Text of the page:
In the years following the invention of photography in 1839, practitioners in France gave shape to this intriguing new medium through experimental printing techniques and innovative compositions.
The rich body of work they developed proved foundational to the establishment of early photography, from the introduction of the paper negative in the late 1840s to the proliferation of more-standardized equipment and photomechanical technology in the 1860s. The essays in this elegant volume investigate the early history of the medium when the ambiguities inherent in the photograph were ardently debated. Focusing on the French photographers who worked with paper negatives, especially the key figures Édouard Baldus, Gustave Le Gray, Henri Le Secq, and Charles Nègre, Real/Ideal explores photography's status as either (or both) fine art or industrial product, its repertoire of subject matter, its ideological functions, and even the ever- experimental photographic process itself.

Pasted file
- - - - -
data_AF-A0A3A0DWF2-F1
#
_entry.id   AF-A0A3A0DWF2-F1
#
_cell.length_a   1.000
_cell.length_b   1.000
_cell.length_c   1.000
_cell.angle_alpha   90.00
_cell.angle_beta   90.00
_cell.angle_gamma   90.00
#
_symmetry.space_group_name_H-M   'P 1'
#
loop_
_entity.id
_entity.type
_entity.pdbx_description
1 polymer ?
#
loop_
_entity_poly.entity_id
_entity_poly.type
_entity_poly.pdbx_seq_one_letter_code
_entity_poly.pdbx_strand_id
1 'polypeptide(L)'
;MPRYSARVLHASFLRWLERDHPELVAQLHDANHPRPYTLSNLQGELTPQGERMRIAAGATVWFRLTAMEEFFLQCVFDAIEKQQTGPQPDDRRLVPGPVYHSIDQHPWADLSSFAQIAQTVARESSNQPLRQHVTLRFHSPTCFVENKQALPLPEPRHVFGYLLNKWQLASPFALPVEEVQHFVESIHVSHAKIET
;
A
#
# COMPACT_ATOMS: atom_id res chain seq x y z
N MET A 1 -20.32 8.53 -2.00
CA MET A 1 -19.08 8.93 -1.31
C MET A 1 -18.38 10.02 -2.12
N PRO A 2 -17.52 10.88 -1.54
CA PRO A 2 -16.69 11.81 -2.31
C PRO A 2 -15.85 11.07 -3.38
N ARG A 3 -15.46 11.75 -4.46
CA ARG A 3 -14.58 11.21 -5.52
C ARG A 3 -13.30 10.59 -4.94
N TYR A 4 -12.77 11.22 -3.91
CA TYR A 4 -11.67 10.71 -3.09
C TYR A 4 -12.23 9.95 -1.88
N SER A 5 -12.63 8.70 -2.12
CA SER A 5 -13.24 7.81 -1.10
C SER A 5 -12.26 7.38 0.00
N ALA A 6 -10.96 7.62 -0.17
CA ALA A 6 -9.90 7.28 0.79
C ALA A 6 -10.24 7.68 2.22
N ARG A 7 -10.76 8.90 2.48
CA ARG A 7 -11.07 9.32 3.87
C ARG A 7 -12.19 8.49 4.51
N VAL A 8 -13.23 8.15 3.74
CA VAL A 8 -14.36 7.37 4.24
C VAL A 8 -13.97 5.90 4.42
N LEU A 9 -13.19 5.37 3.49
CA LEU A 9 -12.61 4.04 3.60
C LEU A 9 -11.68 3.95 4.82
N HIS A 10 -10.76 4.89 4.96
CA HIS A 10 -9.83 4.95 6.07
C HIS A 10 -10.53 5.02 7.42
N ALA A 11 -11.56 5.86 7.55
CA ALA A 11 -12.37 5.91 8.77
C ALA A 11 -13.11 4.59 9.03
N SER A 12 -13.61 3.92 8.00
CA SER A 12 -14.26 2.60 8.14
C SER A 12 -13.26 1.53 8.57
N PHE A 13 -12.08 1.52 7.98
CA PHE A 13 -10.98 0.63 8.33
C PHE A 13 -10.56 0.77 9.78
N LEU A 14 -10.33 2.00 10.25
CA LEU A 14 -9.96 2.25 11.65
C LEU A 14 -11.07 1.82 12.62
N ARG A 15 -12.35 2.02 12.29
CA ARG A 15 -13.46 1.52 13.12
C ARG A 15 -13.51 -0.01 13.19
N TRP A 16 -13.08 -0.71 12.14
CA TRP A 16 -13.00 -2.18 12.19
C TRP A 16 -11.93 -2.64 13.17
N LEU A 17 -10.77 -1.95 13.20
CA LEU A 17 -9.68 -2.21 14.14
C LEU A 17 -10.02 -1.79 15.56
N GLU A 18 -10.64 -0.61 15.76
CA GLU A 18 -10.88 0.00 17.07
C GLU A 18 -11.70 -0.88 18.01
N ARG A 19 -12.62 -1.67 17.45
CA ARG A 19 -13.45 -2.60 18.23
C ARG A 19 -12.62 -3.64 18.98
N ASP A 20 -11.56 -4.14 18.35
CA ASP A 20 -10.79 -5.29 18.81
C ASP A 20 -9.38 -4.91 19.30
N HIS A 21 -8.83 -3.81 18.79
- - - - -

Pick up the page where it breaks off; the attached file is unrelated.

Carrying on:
This book is published in conjunction with an exhibition of the same name on view at the J. Paul Getty Museum at the Getty Center from August 30 through November 27, 2016.